Three-phase electrical generation is very common. The simplest way is to use three separate coils in the generator stator, physically offset by an angle of 120° (one-third of a complete 360° phase) to each other. Three current waveforms are produced that are equal in magnitude and 120° out of phase to each other. If coils are added opposite to these (60° spacing), they generate the same phases with reverse polarity and so can be simply wired together. In practice, higher "pole orders" are commonly used. For example, a 12-pole machine would have 36 coils (10° spacing). The advantage is that lower rotational speeds can be used to generate the same frequency. For example, a 2-pole machine running at 3600 rpm and a 12-pole machine running at 600 rpm produce the same frequency; the lower speed is preferable for larger machines. If the load on a three-phase system is balanced equally among the phases, no current flows through the neutral point. Even in the worst-case unbalanced (linear) load, the neutral current will not exceed the highest of the phase currents. Non-linear loads (e.g. the switch-mode power supplies widely used) may require an oversized neutral bus and neutral conductor in the upstream distribution panel to handle harmonics. Harmonics can cause neutral conductor current levels to exceed that of one or all phase conductors.
For three-phase at utilization voltages a four-wire system is often used. When stepping down three-phase, a transformer with a Delta (3-wire) primary and a Star (4-wire, center-earthed) secondary is often used so there is no need for a neutral on the supply side. For smaller customers (just how small varies by country and age of the installation) only a single phase and neutral, or two phases and neutral, are taken to the property. For larger installations all three phases and neutral are taken to the main distribution panel. From the three-phase main panel, both single and three-phase circuits may lead off. Three-wire single-phase systems, with a single center-tapped transformer giving two live conductors, is a common distribution scheme for residential and small commercial buildings in North America. This arrangement is sometimes incorrectly referred to as "two phase". A similar method is used for a different reason on construction sites in the UK. Small power tools and lighting are supposed to be supplied by a local center-tapped transformer with a voltage of 55 V between each power conductor and earth. This significantly reduces the risk of electric shock in the event that one of the live conductors becomes exposed through an equipment fault whilst still allowing a reasonable voltage of 110 V between the two conductors for running the tools.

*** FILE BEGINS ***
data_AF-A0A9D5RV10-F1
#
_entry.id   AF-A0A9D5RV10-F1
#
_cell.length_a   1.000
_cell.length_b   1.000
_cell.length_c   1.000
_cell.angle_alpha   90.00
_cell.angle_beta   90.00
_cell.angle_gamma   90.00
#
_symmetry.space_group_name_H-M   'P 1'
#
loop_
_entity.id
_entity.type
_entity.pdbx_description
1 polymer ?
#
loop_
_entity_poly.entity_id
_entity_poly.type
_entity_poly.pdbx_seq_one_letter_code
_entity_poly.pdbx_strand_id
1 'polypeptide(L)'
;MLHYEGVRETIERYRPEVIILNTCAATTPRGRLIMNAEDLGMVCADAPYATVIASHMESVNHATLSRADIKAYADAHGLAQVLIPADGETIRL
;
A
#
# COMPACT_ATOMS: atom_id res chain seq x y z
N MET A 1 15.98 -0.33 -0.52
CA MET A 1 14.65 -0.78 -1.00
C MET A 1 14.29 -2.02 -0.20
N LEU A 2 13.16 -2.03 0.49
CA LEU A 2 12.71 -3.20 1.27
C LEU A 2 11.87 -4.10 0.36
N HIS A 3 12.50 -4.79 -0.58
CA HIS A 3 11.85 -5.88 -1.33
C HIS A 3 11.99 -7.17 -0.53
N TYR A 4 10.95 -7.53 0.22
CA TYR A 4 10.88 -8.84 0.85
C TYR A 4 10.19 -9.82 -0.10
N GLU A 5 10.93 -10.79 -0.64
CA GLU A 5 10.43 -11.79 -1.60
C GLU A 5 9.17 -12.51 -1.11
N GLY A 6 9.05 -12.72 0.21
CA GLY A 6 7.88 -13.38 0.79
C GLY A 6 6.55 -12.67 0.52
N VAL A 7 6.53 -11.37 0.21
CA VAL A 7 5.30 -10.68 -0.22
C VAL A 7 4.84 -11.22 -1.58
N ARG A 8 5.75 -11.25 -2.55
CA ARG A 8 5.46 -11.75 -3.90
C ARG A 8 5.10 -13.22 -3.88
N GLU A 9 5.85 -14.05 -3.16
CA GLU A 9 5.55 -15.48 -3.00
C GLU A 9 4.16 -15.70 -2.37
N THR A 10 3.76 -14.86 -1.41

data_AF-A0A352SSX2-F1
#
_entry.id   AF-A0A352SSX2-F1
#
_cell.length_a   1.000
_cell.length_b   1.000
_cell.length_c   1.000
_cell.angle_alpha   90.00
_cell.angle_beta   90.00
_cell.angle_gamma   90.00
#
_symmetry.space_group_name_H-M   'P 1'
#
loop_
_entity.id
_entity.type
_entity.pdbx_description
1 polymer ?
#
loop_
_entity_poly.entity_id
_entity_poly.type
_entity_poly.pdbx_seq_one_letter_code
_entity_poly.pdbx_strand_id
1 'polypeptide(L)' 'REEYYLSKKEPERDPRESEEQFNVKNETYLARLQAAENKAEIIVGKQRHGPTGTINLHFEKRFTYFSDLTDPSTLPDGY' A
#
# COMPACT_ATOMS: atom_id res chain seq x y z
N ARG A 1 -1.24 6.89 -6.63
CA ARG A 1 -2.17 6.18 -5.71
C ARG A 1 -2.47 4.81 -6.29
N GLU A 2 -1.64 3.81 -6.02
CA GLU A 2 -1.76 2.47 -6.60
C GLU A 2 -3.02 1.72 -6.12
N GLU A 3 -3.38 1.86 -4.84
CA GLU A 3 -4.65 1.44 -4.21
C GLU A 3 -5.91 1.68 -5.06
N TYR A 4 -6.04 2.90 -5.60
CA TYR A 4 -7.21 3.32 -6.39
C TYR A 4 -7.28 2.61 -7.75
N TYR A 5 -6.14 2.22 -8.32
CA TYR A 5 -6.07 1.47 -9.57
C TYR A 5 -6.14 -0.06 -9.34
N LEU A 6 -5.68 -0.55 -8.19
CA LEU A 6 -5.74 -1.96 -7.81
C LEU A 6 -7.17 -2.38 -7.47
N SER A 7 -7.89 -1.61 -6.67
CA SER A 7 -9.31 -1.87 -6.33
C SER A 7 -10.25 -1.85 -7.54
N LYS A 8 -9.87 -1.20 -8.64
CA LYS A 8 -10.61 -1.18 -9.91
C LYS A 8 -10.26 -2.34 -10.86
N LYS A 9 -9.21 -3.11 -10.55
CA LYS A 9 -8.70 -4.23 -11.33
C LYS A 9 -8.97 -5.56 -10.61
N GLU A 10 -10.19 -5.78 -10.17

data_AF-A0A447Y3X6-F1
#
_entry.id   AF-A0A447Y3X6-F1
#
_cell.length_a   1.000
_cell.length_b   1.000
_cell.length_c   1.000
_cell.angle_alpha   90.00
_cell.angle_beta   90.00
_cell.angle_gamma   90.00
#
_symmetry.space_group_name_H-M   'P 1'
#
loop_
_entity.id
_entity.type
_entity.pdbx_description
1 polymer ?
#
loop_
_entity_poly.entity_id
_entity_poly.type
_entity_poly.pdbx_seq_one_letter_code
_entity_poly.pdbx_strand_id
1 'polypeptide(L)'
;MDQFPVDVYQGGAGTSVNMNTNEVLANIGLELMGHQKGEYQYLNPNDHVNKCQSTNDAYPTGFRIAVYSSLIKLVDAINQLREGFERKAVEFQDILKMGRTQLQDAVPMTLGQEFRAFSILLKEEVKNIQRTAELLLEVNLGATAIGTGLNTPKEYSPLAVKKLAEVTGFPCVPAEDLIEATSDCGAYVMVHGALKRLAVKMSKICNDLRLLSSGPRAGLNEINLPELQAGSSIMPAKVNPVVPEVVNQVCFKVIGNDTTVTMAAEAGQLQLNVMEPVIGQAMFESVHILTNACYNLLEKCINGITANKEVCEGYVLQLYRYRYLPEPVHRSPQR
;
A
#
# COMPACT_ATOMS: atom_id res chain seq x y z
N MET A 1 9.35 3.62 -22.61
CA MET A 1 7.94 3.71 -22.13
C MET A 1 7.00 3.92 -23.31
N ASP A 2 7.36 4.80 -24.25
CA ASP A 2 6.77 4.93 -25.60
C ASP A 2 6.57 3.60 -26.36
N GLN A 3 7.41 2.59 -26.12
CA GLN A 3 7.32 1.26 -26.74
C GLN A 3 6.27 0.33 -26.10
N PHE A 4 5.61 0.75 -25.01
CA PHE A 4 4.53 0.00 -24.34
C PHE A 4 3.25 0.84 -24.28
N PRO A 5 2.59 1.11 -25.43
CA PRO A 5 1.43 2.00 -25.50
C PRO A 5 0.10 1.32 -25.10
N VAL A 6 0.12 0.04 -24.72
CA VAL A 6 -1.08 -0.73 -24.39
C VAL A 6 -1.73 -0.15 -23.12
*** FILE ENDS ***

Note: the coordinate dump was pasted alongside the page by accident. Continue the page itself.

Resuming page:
A third wire, called the bond (or earth) wire, is often connected between non-current-carrying metal enclosures and earth ground. This conductor provides protection from electric shock due to accidental contact of circuit conductors with the metal chassis of portable appliances and tools. Bonding all non-current-carrying metal parts into one complete system ensures there is always a low electrical impedance path to ground sufficient to carry any fault current for as long as it takes for the system to clear the fault. This low impedance path allows the maximum amount of fault current, causing the overcurrent protection device (breakers, fuses) to trip or burn out as quickly as possible, bringing the electrical system to a safe state. All bond wires are bonded to ground at the main service panel, as is the neutral/identified conductor if present.